Thousands Of Creeper Android Apps Are Improperly Tracking Children According To Study

Thousands Of Creeper Android Apps Are Improperly Tracking Children According To Study

Thousands Of Creeper Android Apps Are Improperly Tracking Children According To Study

Improper data collection is now under the spotlight due to the Facebook-Cambridge Analytica scandal.

According to the findings of a new study, 3,337 Android apps geared toward kids and families are improperly collecting data on children, and all of them are now available on the Google Play Store.

South Korea's Fair Trade Commission has reportedly begun investigating Google Play over allegations that the USA tech giant's mobile app marketplace abused its market position by pressuring local game publishers to initially launch new mobile games through Google Play only. So in the end, 57% of all the apps studied are actually potentially violating the law. 19% of the apps studied shared sensitive information with 3rd party services who are mostly engaged in behavioral advertising.

Thousands of Android apps have been "improperly collecting" children's data, according to the findings of a new study. 3,337 of those apps were found to be engaging in improper collection, with 281 of them bagging contact and/or location info without asking for parental approval. A whopping 92 percent of Facebook-linked apps failed to hinder use by children under the age of 13. The apps may appear to be violating COPPA or the terms of service of the Google Play Store, but it is up to the Federal Trade Commission and Google to determine the truth behind the violations.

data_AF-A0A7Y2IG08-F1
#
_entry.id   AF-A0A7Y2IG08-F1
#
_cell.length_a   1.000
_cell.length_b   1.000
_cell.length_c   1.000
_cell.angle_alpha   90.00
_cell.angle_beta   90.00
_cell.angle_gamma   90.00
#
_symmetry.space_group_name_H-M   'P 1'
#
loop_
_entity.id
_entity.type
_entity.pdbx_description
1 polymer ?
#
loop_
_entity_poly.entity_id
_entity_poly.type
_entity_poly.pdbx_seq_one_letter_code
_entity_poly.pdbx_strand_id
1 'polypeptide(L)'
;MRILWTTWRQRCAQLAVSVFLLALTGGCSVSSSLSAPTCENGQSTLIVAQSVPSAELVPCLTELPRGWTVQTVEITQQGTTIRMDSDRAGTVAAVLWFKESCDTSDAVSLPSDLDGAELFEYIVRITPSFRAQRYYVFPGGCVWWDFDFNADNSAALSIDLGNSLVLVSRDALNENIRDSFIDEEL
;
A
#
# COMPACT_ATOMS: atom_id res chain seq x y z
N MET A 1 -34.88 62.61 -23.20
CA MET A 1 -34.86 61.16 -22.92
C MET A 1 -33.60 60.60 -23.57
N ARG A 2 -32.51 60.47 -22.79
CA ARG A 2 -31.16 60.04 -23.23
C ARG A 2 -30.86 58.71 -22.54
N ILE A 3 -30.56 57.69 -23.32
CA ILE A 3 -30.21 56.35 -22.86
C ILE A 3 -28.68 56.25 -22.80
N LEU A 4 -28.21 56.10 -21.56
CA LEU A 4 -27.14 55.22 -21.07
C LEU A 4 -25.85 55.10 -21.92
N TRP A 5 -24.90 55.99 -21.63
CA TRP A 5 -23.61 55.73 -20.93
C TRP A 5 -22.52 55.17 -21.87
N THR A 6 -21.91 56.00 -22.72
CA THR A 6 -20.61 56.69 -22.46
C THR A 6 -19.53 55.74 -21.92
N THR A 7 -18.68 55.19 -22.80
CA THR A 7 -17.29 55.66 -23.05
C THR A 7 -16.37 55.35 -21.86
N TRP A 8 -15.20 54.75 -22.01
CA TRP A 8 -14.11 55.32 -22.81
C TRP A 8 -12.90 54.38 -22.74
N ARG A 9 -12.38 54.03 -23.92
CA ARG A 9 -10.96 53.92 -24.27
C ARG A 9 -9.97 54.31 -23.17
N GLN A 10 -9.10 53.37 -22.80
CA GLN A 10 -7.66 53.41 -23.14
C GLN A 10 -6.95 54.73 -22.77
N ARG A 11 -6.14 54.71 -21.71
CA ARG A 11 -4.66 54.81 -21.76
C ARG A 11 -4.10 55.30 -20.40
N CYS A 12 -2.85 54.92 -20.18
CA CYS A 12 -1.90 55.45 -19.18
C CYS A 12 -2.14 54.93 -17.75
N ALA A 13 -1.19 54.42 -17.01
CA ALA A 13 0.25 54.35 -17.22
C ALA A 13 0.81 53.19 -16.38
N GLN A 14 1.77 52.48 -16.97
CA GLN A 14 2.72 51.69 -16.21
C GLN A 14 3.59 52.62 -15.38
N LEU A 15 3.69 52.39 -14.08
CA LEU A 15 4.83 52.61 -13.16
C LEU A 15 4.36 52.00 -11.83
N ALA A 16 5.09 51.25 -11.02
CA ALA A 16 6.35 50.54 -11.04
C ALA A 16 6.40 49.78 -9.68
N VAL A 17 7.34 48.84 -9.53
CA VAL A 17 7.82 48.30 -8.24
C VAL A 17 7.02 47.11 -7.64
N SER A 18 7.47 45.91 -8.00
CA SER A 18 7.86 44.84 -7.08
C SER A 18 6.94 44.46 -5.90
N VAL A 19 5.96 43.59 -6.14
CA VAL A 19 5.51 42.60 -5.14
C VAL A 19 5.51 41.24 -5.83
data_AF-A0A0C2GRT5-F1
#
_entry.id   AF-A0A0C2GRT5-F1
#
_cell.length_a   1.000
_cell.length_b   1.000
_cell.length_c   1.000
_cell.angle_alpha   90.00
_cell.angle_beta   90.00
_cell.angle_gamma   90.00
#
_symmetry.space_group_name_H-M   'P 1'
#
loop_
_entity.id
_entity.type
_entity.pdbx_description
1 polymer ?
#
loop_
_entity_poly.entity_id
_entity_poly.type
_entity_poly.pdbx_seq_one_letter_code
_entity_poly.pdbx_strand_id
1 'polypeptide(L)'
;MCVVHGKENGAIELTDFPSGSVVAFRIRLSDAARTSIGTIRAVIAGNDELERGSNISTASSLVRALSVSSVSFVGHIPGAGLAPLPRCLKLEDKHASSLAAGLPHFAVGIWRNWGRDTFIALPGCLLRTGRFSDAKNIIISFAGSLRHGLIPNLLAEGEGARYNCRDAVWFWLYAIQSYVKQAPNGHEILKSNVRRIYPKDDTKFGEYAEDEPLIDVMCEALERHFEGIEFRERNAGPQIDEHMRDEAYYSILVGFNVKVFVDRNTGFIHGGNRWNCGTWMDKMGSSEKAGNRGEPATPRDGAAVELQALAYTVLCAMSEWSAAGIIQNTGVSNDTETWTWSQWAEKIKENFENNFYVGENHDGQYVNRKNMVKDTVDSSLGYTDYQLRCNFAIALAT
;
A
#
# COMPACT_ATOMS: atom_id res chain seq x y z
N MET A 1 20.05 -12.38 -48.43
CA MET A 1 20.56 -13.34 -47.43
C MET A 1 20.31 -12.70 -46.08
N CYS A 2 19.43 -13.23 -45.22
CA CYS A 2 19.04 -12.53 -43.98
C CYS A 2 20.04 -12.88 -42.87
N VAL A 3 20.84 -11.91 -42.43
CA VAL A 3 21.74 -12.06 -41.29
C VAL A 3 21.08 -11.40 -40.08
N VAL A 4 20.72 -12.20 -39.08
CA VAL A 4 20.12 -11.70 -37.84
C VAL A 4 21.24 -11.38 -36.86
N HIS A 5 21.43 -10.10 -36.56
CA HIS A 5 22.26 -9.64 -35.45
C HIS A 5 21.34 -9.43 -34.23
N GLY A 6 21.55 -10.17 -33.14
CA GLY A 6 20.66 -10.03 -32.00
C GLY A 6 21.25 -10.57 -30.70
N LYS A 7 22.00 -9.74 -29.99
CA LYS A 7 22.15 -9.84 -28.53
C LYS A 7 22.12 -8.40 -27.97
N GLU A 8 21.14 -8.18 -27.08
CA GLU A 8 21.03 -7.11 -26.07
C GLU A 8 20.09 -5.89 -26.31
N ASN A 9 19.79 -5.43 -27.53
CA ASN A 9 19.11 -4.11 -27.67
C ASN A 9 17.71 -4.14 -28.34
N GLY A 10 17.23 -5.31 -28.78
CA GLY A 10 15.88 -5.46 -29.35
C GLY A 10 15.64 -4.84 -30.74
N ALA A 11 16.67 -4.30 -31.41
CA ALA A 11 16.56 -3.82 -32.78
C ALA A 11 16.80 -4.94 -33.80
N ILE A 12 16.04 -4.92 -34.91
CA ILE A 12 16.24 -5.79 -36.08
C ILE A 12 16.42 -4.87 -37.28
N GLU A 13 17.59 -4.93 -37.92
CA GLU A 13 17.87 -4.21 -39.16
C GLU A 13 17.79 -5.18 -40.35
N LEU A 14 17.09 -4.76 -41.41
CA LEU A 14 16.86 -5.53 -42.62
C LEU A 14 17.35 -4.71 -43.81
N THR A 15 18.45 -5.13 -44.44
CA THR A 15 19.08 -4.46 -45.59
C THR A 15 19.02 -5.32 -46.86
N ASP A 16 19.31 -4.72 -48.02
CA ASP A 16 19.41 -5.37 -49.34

About 40 percent of apps transmitted info without using "reasonable security measures", and almost all 1,280 apps with Facebook tie-ins were not properly using the social network's code flags to limit under-13 use.

Google has yet to respond to this study but they will probably have to explain why these apps were allowed to still publish on the Play Store.

At the start of the year, a Google Streetview mini-game inside the firm's developer lab included a cryptic image of a pineapple cake, while a tweet about the company's developer conference in May - known as Google I/O - saw the logo turn into something that looked awfully like a pineapple.

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